In traditional telephony, these trunking circuits generally are brought in via T1 circuit interfaces and then are connected to the PBX or key system. Here is where the business user differs significantly from the residential user.

The MSOs for the most part cannot deliver digital time division multiplexing (TDM) T1 trunks per se to end users. Rather, except for the larger cablecos, to date, MSOs only have succeeded in delivering two-wire POTS circuits, intended to connect directly to a telephone station and, thus, giving a station-to-trunk ratio of 1:1.

So the MSO must charge for that circuit as if it were a single two-wire-station telephone line because it ties up bandwidth space on the cable network and a station side port on its switch, regardless of whether it’s being used in a call or not — just like a telco’s real two-wire loop pair out on the telephone pole.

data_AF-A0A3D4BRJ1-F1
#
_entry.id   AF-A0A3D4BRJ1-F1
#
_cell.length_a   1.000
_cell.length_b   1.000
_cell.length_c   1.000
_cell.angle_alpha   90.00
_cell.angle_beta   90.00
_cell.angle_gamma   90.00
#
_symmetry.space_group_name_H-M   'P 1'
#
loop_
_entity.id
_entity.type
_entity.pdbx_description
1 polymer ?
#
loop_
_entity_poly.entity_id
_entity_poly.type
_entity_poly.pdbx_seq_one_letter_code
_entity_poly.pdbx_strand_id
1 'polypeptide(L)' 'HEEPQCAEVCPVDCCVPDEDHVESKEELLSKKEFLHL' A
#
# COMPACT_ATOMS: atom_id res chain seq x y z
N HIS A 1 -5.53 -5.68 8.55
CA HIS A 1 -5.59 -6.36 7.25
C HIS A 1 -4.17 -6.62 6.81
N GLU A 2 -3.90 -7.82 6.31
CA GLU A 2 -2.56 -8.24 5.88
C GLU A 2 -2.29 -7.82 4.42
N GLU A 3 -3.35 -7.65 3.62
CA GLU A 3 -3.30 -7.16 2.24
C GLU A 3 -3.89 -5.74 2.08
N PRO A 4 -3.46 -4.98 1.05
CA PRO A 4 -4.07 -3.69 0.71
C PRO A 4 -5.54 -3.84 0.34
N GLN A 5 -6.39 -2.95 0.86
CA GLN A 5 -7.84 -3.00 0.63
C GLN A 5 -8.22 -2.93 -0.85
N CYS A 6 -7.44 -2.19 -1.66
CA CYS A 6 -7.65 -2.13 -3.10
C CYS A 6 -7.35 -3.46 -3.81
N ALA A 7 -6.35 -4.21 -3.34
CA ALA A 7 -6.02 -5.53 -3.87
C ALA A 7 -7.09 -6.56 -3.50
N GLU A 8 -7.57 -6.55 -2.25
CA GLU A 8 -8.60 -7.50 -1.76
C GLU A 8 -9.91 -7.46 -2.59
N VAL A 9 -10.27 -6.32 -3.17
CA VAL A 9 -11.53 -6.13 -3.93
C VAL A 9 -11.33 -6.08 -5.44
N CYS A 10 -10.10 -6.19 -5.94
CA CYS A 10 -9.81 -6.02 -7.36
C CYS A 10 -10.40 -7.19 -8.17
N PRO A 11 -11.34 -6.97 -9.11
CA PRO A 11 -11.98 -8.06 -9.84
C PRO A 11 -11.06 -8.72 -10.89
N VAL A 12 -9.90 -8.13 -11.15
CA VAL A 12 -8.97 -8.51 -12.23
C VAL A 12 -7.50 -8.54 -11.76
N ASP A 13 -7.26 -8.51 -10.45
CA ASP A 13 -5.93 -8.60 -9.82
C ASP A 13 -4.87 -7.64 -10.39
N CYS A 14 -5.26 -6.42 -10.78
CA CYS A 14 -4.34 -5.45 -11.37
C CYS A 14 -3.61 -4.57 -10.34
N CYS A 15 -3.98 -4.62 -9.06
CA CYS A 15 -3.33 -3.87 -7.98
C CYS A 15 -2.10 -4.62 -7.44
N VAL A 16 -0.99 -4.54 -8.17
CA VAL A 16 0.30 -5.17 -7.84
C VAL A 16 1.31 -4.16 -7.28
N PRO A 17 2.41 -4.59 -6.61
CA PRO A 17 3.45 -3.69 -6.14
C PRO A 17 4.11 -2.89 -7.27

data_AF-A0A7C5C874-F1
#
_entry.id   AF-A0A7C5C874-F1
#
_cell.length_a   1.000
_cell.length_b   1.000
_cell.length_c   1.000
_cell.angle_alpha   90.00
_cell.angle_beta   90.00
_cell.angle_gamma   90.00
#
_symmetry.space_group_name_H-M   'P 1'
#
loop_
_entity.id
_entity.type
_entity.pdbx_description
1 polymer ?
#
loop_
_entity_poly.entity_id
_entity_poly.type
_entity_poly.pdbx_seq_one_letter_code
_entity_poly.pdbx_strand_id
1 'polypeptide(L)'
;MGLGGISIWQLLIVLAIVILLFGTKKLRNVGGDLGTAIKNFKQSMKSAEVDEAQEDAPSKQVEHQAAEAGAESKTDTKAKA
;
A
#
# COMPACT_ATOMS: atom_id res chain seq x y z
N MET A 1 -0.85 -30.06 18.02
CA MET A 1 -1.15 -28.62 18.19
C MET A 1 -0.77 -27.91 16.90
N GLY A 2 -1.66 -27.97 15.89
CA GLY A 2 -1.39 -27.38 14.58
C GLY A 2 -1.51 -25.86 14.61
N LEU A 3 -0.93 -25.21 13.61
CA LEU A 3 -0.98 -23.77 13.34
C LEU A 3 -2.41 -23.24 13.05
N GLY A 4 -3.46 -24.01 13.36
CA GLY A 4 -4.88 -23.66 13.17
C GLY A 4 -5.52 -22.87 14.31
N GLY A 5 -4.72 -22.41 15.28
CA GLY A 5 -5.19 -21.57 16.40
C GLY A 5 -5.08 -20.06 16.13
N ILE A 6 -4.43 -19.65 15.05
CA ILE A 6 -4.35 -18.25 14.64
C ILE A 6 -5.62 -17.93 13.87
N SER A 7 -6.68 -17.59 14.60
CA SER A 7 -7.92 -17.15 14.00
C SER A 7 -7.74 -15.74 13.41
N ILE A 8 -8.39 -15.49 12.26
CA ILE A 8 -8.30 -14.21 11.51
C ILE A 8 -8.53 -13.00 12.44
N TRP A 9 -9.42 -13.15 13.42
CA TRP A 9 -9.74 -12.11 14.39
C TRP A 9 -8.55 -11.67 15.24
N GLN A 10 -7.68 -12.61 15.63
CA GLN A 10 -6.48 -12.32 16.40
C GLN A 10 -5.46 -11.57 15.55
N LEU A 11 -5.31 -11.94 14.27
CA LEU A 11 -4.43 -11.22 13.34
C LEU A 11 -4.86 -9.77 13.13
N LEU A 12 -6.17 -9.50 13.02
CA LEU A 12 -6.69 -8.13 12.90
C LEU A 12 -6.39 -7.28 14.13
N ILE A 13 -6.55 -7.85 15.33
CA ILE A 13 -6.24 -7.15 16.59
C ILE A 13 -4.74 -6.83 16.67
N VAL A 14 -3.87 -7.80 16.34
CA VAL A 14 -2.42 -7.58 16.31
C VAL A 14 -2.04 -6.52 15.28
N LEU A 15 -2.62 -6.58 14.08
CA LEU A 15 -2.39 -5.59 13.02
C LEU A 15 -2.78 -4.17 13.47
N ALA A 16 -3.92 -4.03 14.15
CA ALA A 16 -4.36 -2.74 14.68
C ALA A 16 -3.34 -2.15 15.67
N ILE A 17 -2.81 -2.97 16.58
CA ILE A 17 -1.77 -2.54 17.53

This 1:1 ratio is unattractive to the enterprise business user. It’s simply too expensive and doesn’t offer the features needed by PBX users to conduct business, i.e., Answer Number Information (ANI) and Dialed Number Information Services (DNIS) along with the ability to hunt as a trunk group into a PBX.

The CableLabs DOCSIS Solution

CableLabs has attempted to put forth a T1/ISDN solution using HFC, and some of the larger MSOs have experimented with it, but the technology is plagued with serious shortfalls.

Problem number one is that it’s expensive. T1 over DOCSIS HFC requires new (and expensive) hardware at the headend office to deal with T1/TDM technology. Further, it starts putting significant pressure on the cable network itself because it ties up bandwidth. T1 over HFC is nothing more then a circuit of another kind, regardless of whether it is being used to carry voice or not.